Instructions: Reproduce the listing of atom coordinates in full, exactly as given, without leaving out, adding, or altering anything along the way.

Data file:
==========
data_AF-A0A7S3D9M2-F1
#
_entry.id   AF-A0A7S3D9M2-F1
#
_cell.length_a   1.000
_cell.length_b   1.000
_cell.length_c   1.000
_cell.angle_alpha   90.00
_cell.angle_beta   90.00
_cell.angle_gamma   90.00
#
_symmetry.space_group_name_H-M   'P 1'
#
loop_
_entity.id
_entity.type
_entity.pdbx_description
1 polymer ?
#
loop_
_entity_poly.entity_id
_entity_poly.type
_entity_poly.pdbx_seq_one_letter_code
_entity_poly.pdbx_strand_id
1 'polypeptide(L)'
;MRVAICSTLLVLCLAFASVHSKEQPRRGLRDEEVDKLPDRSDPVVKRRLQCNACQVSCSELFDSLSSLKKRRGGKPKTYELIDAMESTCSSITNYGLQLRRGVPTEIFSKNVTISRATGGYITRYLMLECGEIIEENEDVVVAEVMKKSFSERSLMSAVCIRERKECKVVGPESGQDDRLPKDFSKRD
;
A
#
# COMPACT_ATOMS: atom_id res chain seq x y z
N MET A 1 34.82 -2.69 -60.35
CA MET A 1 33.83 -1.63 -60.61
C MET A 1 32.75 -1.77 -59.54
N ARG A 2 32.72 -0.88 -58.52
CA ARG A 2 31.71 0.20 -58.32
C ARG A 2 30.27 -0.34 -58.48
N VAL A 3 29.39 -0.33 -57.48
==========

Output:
data_AF-A0A7S3D9M2-F1
#
_entry.id   AF-A0A7S3D9M2-F1
#
_cell.length_a   1.000
_cell.length_b   1.000
_cell.length_c   1.000
_cell.angle_alpha   90.00
_cell.angle_beta   90.00
_cell.angle_gamma   90.00
#
_symmetry.space_group_name_H-M   'P 1'
#
loop_
_entity.id
_entity.type
_entity.pdbx_description
1 polymer ?
#
loop_
_entity_poly.entity_id
_entity_poly.type
_entity_poly.pdbx_seq_one_letter_code
_entity_poly.pdbx_strand_id
1 'polypeptide(L)'
;MRVAICSTLLVLCLAFASVHSKEQPRRGLRDEEVDKLPDRSDPVVKRRLQCNACQVSCSELFDSLSSLKKRRGGKPKTYELIDAMESTCSSITNYGLQLRRGVPTEIFSKNVTISRATGGYITRYLMLECGEIIEENEDVVVAEVMKKSFSERSLMSAVCIRERKECKVVGPESGQDDRLPKDFSKRD
;
A
#
# COMPACT_ATOMS: atom_id res chain seq x y z
N MET A 1 34.82 -2.69 -60.35
CA MET A 1 33.83 -1.63 -60.61
C MET A 1 32.75 -1.77 -59.54
N ARG A 2 32.72 -0.88 -58.52
CA ARG A 2 31.71 0.20 -58.32
C ARG A 2 30.27 -0.34 -58.48
N VAL A 3 29.39 -0.33 -57.48